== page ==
About five percent of people working in the United States are scientists and engineers. Science is important because it is the most reliable way of learning about the world, both natural and artificial.
Scientists lead initiatives that draw together research and resources that will, among other things, help us find solutions for the impacts of climate change.
To better understand changes in the natural world, the observations of everyday people can help.
“Around Pennsylvania, scientists and citizen scientists are contributing all kinds of information about plants, wildlife, and weather that is shedding light on big issues,” DCNR Secretary Cindy Adams Dunn said. “Ultimately, the secrets that are uncovered might aid in the conservation of all living things.”
If you’d like to get involved, here are some ideas…
Passionate About Plants
Citizen scientists and gardeners can get involved in Pennsylvania’s new Plant Conservation Network. The network will be cultivating collaborative projects including professionals and citizen scientists/volunteers across the state to advance native plant conservation.
Project Budburst encourages citizens to select a plant, get outside, and make observations, and share your insights online on the timing of flowering and other biological events.
Help NASA measure the height of trees and track changes in clouds, water, and plants by following the instructions on GLOBE Observer.
Birds and Bats on the Brain
It’s nesting season! Get in on the monitoring in your backyard or near where you live through Cornell NestWatch.
Canoe Creek State Park near Altoona hosts colonies of bats that have been impacted by white nose syndrome. There are several opportunities on the calendar in July to help count bats at the park for citizen science.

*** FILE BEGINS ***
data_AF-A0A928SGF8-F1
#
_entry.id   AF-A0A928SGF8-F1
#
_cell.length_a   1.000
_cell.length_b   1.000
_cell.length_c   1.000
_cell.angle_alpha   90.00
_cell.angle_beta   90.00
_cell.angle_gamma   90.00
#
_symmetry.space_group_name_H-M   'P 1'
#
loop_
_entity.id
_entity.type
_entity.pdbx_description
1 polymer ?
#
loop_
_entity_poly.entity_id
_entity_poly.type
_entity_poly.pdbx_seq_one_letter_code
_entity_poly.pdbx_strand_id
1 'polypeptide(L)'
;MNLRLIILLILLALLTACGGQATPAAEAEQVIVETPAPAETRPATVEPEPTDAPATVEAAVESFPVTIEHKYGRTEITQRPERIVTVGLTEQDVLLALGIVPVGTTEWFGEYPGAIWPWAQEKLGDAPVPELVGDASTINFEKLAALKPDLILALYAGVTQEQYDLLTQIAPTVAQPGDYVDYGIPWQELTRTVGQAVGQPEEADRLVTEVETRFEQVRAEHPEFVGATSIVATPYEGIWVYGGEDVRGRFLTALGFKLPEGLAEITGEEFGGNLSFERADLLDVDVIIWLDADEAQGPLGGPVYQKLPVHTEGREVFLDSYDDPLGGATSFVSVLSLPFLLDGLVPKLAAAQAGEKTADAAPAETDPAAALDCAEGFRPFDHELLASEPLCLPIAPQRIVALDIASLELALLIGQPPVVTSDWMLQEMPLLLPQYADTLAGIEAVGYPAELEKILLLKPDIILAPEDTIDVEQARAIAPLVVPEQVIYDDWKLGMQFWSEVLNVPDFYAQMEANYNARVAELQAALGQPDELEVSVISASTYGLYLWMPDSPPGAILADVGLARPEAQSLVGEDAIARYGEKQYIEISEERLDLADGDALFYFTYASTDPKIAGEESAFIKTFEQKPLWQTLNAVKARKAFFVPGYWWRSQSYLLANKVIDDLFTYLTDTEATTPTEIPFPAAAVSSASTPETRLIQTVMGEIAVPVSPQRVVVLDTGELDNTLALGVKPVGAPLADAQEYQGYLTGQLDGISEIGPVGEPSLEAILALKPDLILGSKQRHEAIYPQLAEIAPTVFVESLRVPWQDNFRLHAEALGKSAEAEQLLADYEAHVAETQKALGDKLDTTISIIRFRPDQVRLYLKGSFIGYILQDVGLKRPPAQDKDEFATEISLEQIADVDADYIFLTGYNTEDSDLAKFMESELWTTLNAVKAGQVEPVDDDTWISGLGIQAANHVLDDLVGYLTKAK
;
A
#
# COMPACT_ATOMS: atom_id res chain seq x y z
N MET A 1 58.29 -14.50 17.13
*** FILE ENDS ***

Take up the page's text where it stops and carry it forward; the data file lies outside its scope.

Volunteer to monitor migrating raptors at the Militia Hill Hawk Watch at Fort Washington State Park this September and October.
Pennsylvania eBird offers a real-time, online checklist, revolutionizing the way people report and access information about birds.
Our peregrine falcons on a ledge at the Rachel Carson Building in Harrisburg have left the nest so there is less activity, but check the FalconCam early next year to help monitor the online cameras and take a survey to help identify what the falcons are eating.
The Centre County Pennsylvania Senior Environmental Corps logged almost 2,500 hours of volunteer service last year toward its mission to gather and publish data on the quality of water in streams in the county.
Check Nature Abounds to start, or see if there are similar opportunities, in your county.
Help track invasive species that you come across when out and about by reporting them on Pennsylvania iMapInvasives. The program collects data to help effectively track and manage invasives -- many of which benefit from the warmer and wetter weather impacts from climate change.
Wild About Weather
Who hasn’t commented recently on all of the rain we’ve been experiencing in the commonwealth? Join the Community Collaborative Rain, Hail, and Snow Network of volunteers of all ages working together to measure and map precipitation to provide high quality data for natural resource, education, and research applications.
Whatever your passion is, chances are there’s an opportunity to put it to good use. It also doesn’t require large amounts of your time, just a willingness to observe what’s happening in nature and record and share what you observe.
Those observations could have a big impact on scientific discovery and in helping conserve our natural places.